Dickens was referring to Tax Allocation Districts, which are designated areas where property tax revenue is used for local improvements. “Two of them will close in my term, the Atlantic Station TAD and the Princeton Lakes TAD,” he said, referencing districts where TAD benefits will soon expire.
“Eventually, there are some larger TADs that we’ll close up,” he said. “Those dollars can then be utilized to pay the debt service on this $250 million bond, which will benefit the whole city, not just those areas.”
Boosting intown housing affordability also requires changes to how the city can be developed—something the city planning department’s ongoing zoning code rewrite aims to accomplish.
Last week, the city council’s zoning committee effectively shot down the initial legislation that would update the zoning code, a proposal by Councilmember Amir Farokhi that would have allowed more dense and diverse housing development at historically single-family properties.
The timing wasn’t right for that legislation, Dickens said. “It came during an election with a whole bunch of people on the ballot that led to a whole bunch of runoffs in a time where we’re dealing with a lot of other stuff.”
Farokhi’s proposal also wasn’t well received by most of the city’s 25 neighborhood planning units, because some members saw allowing additional density as a threat to single-family communities.
“It didn’t travel the right way across the city,” Dickens said of the legislation. “And I’m not blaming [City Planning Commissioner] Tim Keane or Farokhi, but I also know that there was a significant amount of unreadiness that didn’t even have to do with the actual merit of the paper.”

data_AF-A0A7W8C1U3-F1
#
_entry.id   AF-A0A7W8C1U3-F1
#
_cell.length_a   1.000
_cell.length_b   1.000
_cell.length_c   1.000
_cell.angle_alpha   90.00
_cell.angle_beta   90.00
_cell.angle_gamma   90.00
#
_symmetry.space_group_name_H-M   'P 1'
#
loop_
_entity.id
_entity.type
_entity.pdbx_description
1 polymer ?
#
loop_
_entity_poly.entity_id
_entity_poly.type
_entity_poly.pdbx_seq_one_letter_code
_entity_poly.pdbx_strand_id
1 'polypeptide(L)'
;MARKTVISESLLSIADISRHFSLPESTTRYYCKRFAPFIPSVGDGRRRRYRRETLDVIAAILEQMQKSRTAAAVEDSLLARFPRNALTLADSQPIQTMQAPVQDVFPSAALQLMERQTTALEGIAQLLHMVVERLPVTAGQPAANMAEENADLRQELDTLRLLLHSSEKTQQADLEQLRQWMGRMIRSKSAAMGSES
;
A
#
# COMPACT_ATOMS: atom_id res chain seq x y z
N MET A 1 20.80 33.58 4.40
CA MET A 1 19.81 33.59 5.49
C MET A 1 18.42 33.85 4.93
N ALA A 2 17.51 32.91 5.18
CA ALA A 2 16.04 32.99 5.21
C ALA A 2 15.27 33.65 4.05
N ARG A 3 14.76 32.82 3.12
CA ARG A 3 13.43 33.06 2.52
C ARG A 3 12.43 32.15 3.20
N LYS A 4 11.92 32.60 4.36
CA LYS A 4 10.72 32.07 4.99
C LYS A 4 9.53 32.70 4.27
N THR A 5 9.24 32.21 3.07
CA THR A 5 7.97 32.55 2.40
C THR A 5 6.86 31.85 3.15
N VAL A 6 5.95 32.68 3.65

Dickens, who lives in a single-family home, said he wouldn’t be irked if a neighbor decided to build an accessory dwelling unit, such as a tiny home in the backyard, but many residents didn’t fully understand the legislation’s potential benefits.
“I just think that [legislation] was ahead of schedule,” he said. “We didn’t have enough time to explain it, so that the public can get a true reaction to it.”
But some of Dickens’ affordable housing dreams can only come to fruition with support from other governments. For instance, housing experts have long called for reforming the way commercial properties are appraised and taxed by metro Atlanta counties, which could raise additional tax revenue for affordable housing.
Dickens said he’ll use his bully pulpit as mayor to encourage Fulton County to consider such changes.
“I see that as something we really have to dig into, because if commercial properties are undertaxed, that tax comes at the expense of all the city services like public safety, Parks and Rec, even our schools,” he said. “So yes, this is not the newest conversation on the block, but it’s one that’s going to be repeated. It’s going to happen.”
Dickens’ inauguration is set for Jan. 3. After that, the heat is on for him and his new city council to make good on their promises from the campaign trail.
- Read Atlanta Civic Circle’s interview with Andre Dickens on affordable housing here.